Diastolic heart failure can be diagnosed by comprehensive two-dimensional and Doppler echocardiography

Jae K. Oh, Liv Hatle, A. Jamil Tajik, William C. Little

Research output: Contribution to journalReview article

244 Scopus citations

Abstract

There are many myocardial and non-myocardial conditions that cause heart failure with normal left ventricular ejection fraction (LVEF). Among them, diastolic heart failure (heart failure due to diastolic dysfunction) is the most common cause of heart failure with normal LVEF. Diastolic heart failure easily can be diagnosed by comprehensive two-dimensional and Doppler echocardiography, which can demonstrate abnormal myocardial relaxation, decreased compliance, and increased filling pressure in the setting of normal LV dimensions and preserved LVEF. Therefore, diastolic heart failure should always be considered when LVEF is normal on two-dimensional echocardiography in patients with clinical evidence of heart failure. The diagnosis can be confirmed if Doppler echocardiography and myocardial tissue imaging provide evidence for impaired myocardial relaxation (i.e., decreased longitudinal velocity of the mitral annulus during early diastole and decreased propagation velocity mitral inflow), decreased compliance (shortened mitral A-wave duration and mitral deceleration time), and increased filling pressure (shortened isovolumic relaxation time and an increased ratio between early diastolic mitral and mitral annular velocities). Early identification of diastolic dysfunction in asymptomatic patients by the use of echocardiography may provide an opportunity to manage the underlying etiology to prevent progression to diastolic heart failure.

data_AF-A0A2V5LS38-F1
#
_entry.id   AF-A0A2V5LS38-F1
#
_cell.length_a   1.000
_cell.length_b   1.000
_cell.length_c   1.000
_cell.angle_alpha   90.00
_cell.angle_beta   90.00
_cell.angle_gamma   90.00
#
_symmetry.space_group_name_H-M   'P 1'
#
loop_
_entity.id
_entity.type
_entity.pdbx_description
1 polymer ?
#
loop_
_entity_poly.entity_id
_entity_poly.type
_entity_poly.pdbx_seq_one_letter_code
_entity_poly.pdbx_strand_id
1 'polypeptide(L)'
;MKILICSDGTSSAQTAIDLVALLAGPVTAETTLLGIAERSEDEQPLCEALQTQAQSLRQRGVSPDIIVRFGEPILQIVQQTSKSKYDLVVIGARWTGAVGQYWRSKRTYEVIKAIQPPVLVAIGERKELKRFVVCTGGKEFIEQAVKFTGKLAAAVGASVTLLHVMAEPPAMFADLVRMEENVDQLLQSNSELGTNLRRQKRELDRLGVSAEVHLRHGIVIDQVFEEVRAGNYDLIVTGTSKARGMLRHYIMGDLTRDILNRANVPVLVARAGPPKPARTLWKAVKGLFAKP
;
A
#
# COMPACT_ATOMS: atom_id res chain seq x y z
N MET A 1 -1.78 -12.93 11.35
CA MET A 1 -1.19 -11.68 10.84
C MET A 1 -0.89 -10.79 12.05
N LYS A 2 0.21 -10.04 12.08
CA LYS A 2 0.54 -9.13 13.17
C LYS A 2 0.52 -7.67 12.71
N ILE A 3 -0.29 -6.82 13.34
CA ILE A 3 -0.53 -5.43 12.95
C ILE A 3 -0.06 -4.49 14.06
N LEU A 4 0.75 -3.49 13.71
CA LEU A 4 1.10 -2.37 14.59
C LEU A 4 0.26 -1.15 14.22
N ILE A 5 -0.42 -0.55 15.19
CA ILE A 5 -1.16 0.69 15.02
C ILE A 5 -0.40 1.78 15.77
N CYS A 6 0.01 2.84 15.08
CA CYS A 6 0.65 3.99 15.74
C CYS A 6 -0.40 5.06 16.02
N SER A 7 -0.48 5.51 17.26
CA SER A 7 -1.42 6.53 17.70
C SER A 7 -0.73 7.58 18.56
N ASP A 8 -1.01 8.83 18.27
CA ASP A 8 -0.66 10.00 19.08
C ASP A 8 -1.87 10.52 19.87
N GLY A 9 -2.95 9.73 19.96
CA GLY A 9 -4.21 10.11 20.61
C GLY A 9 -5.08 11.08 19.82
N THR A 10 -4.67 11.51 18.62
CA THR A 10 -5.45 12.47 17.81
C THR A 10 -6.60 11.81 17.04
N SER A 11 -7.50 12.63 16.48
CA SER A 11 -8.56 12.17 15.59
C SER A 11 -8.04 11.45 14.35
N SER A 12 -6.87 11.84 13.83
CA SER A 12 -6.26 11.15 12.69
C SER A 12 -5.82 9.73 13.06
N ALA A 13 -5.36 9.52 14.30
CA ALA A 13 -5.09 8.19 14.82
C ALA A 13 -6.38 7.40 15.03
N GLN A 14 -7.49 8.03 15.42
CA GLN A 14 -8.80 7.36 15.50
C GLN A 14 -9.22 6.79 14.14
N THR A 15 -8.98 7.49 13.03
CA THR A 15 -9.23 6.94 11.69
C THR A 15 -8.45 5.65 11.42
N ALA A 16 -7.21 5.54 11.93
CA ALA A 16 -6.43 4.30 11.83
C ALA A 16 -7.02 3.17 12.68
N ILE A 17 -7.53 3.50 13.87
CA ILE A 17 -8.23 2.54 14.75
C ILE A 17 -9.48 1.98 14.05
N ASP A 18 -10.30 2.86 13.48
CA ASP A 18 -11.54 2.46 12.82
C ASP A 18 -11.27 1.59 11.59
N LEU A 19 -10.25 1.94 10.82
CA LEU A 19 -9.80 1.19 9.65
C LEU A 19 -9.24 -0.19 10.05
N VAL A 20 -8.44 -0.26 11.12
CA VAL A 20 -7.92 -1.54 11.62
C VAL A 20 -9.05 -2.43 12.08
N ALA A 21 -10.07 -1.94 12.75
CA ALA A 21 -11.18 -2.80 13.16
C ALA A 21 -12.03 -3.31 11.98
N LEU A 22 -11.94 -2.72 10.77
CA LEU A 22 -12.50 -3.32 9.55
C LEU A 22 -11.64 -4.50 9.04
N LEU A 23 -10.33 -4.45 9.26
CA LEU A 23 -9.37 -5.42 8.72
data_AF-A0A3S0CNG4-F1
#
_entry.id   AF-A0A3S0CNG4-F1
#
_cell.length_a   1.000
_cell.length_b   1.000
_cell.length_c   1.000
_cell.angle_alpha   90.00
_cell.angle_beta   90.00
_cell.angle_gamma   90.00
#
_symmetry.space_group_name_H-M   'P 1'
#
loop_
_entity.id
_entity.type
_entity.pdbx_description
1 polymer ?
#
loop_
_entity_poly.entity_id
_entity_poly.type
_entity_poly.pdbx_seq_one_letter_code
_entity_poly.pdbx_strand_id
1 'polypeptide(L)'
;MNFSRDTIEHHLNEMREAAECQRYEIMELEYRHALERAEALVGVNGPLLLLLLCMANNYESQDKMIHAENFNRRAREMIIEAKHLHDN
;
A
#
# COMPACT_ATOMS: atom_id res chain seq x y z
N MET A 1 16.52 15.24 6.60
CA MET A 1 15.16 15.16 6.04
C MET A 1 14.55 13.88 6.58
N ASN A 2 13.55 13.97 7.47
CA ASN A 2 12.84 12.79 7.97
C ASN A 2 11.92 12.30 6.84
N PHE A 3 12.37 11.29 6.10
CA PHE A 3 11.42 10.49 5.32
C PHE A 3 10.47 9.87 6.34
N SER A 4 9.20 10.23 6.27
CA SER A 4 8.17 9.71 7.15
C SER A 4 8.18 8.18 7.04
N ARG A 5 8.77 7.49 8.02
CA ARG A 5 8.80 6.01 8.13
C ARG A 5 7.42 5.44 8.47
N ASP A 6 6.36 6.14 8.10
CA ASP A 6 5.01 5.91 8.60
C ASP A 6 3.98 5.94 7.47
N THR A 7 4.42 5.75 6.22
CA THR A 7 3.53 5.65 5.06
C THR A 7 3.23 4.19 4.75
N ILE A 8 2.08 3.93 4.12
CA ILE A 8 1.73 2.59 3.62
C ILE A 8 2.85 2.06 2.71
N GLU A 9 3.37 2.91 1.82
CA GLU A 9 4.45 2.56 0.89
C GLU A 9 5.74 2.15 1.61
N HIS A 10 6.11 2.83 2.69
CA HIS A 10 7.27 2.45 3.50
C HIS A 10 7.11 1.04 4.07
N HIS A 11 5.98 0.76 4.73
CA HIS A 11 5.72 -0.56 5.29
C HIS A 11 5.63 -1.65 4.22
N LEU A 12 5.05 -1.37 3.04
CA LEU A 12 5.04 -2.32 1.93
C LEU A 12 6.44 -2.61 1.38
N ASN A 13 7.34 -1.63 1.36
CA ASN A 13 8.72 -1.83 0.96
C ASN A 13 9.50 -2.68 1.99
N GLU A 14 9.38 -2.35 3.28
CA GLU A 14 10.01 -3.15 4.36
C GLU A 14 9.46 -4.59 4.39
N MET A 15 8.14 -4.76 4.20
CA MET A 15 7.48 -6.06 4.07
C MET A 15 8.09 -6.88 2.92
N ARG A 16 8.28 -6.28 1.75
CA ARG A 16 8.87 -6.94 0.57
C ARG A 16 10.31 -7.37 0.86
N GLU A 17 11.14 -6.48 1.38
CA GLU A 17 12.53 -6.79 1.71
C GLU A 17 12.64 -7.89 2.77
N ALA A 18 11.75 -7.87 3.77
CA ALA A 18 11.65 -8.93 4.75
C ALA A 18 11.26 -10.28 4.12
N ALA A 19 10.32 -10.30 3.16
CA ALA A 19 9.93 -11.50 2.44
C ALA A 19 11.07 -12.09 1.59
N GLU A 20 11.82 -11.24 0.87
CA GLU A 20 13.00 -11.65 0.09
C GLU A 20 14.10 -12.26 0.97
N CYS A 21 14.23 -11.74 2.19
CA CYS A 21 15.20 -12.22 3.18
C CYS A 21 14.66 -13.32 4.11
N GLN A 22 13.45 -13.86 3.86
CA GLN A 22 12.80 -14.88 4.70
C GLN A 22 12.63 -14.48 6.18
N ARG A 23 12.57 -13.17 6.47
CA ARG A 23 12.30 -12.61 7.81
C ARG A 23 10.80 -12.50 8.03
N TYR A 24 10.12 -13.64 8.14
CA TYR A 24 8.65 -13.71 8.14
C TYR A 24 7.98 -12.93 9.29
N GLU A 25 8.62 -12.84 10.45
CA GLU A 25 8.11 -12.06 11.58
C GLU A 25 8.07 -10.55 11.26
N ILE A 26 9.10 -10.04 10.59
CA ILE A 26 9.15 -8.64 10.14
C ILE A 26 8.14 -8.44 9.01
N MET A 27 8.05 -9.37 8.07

Original languageEnglish (US)
Pages (from-to)500-506
Number of pages7
JournalJournal of the American College of Cardiology
Volume47
Issue number3
DOIs
StatePublished - Feb 7 2006

ASJC Scopus subject areas

  • Cardiology and Cardiovascular Medicine

Fingerprint Dive into the research topics of 'Diastolic heart failure can be diagnosed by comprehensive two-dimensional and Doppler echocardiography'. Together they form a unique fingerprint.

  • Cite this